Since 2013, young leaders and adult allies from across fourteen national organizations have been exploring a new way forward for Indigenous and non-Indigenous young people to realize a changed relationship. The last year and a half have been crucial in building our shared capacity as young people to lead dialogue in ways that honour its complexity, and respect the vision of 4Rs to support the change that Indigenous and non-Indigenous youth want to see.
Over time we have witnessed our vision come to life and lessons are emerging around what might be needed in a shared experience for young people to engage in dialogue that furthers respect, reciprocity, reconciliation, and relevance. We hope that in inviting you to share in our learning you will feel both challenged and inspired to contribute to the movement in your own way.
“I seek to build our nations like the trees. Strong, powerful, limitless roots that work together and intersect and strengthen underground, so on the surface we can be strong, tall and provide life for the rest of society.”
– Jordan Tabobondung, Wasauksing First Nation, 4Rs Training June 2015
In 2013 during the G8 summit in Toronto, a group of leaders from the youth-serving community had a critical conversation. They asked themselves and each other, if we left our logos and egos at the door, what would be the change we would want to see in the country? They all agreed that they could do more to engage Indigenous young people. They agreed that by working together, they could support real change.
What emerged was the beginning of the 4Rs’ partner coalition with leadership from national Aboriginal organizations brought to the table for their much needed expertise and networks. From there, a planning committee was formed.
At the first face-to-face meeting of the planning committee in Rama First Nation Territory in August 2013, it became obvious that Indigenous and non-Indigenous young people face common challenges of identity. The diversity of stories and experiences of the youth-led planning committee emerged as a unifying theme that helped shape the basis for the beginnings of a national movement.
From here the 4Rs vision began to surface: through strength in our identity, and unity in our diversity, together we will create a country where Indigenous youth can all live, thrive and celebrate . . .
From the planning committee came a larger summit in Banff from October 25-27, 2013, with about 25 youth representatives in addition to CEOs or senior staff from the fourteen partner organizations. We adopted the name 4Rs ≈ For Ours and discussed common values that were needed for a national youth initiative centering a youth-to-youth dialogue around healing and reconciliation.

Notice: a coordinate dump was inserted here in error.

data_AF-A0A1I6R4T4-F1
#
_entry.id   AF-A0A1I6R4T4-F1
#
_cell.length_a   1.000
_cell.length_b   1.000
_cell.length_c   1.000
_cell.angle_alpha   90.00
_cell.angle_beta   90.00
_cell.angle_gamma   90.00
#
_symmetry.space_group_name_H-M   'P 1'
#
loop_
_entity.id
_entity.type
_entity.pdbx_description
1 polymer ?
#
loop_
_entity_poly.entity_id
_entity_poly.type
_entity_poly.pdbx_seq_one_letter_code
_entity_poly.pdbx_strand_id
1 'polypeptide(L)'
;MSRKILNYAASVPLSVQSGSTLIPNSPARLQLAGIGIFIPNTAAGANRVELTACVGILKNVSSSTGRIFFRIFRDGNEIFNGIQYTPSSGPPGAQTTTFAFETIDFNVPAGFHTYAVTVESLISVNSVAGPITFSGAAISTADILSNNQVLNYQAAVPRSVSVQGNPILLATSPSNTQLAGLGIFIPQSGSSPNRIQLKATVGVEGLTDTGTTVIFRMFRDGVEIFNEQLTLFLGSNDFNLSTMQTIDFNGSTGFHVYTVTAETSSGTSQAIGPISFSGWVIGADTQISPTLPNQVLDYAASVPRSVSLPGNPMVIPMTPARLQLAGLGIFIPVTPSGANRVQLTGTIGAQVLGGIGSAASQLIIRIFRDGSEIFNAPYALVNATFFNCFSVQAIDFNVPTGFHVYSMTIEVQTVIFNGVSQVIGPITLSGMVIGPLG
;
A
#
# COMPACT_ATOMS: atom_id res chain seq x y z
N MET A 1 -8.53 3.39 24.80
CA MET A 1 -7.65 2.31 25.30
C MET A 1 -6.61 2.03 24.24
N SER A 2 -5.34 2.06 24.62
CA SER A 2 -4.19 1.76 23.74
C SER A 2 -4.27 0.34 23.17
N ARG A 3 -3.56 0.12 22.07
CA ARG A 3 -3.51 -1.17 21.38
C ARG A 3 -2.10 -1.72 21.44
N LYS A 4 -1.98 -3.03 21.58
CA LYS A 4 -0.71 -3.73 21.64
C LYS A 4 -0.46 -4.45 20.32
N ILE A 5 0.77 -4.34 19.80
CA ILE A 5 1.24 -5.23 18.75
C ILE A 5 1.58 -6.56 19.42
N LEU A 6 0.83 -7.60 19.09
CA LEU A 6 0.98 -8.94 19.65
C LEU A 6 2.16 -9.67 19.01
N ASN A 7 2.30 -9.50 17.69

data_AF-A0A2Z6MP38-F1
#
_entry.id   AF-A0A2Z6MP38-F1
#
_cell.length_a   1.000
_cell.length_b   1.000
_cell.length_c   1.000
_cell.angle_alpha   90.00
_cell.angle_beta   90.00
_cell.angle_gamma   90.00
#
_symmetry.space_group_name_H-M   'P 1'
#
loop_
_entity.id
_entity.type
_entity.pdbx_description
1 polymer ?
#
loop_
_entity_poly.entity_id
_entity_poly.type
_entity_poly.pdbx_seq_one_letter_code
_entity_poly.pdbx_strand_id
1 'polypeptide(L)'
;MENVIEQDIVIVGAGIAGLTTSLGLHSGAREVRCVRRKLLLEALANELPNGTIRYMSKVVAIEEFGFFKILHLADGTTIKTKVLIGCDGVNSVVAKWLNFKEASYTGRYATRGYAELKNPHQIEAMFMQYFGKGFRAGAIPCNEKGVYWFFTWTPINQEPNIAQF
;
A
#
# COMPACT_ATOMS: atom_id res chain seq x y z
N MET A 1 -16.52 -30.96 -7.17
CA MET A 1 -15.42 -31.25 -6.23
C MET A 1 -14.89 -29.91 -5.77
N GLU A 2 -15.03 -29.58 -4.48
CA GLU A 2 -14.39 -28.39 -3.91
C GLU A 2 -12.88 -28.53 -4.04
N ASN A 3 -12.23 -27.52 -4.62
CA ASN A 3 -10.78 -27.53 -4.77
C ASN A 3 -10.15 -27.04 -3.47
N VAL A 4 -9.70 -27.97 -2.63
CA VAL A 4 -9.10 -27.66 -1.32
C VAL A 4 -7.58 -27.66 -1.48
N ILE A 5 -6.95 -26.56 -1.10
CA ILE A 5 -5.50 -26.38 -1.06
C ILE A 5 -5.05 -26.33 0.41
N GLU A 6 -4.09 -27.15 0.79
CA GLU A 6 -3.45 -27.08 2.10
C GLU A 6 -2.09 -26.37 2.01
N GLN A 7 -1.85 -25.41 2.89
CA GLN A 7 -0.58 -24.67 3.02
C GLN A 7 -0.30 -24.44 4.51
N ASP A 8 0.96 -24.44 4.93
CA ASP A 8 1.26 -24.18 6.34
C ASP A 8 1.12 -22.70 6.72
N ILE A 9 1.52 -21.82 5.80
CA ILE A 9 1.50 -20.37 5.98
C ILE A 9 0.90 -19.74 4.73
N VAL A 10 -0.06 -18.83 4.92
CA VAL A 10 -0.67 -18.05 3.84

Respect, Reciprocity, Reconciliation and Relevance
While the 4Rs is not an initiative of the Truth and Reconciliation Commission (TRC), the work of the TRC was seen as an important springboard for the 4Rs Youth Movement and we felt a certain sense of responsibility for its legacy. The group agreed to connect the next 4Rs meeting to the final National Event of the TRC held in Edmonton in March 2014.
From March 27-28, 2014, nearly 135 young leaders and adult allies from across the 4Rs partner organizations met at the Shaw Convention centre in Edmonton, during the TRC’s National Event, to expand and deepen the 4Rs youth to youth dialogue and to continue planning the movement.
The event provided an opportunity for the group to offer its own Expression of Reconciliation at the Truth and Reconciliation Commission’s final National Event.
With voices from the movement, a great foundation of writing support from Diana Wickham and Jess Bolduc, the 4Rs Strategic Plan began to take shape. Using four strategic pillars to guide us: Platform, Tools, Leadership, and Capacity, the plan laid out the collective vision for the movement, with clear goals leading to 2017.
The plan was informed by our experiences to date, feedback from young leaders and allies, and research on Indigenous-Settler relations completed by Waterloo GradSI students Robin Sutherland, Amara Possian, Heather Laird, Laurel Currie, Johanna Hove, Cloe Nicholls and Marc-Etienne Brunet.
With a plan in place, a vision to guide us, and goals to hold us accountable, we officially launched in January of 2015. This year of exploring the possibilities and challenges within this plan has been made possible through support from the JW McConnell Family Foundation, Inspirit Foundation, Counseling Foundation of Canada, and Community Foundations of Canada.
Throughout 2015, a framework for cross-cultural dialogue has been developed and tested through experiential trainings and gatherings in different parts of the country. We are now at critical point in our learning, and we are excited to share what comes next.
4Rs Founding Partners
The endorsement of 4Rs by five National Aboriginal Organizations, together with five National Youth Serving organizations, and four supporting Foundations is unprecedented and brings with it national scope and a built in network of young people ready to be activated by 4Rs at the grassroots level.
This is the beginning of our story; will you help us write what comes next?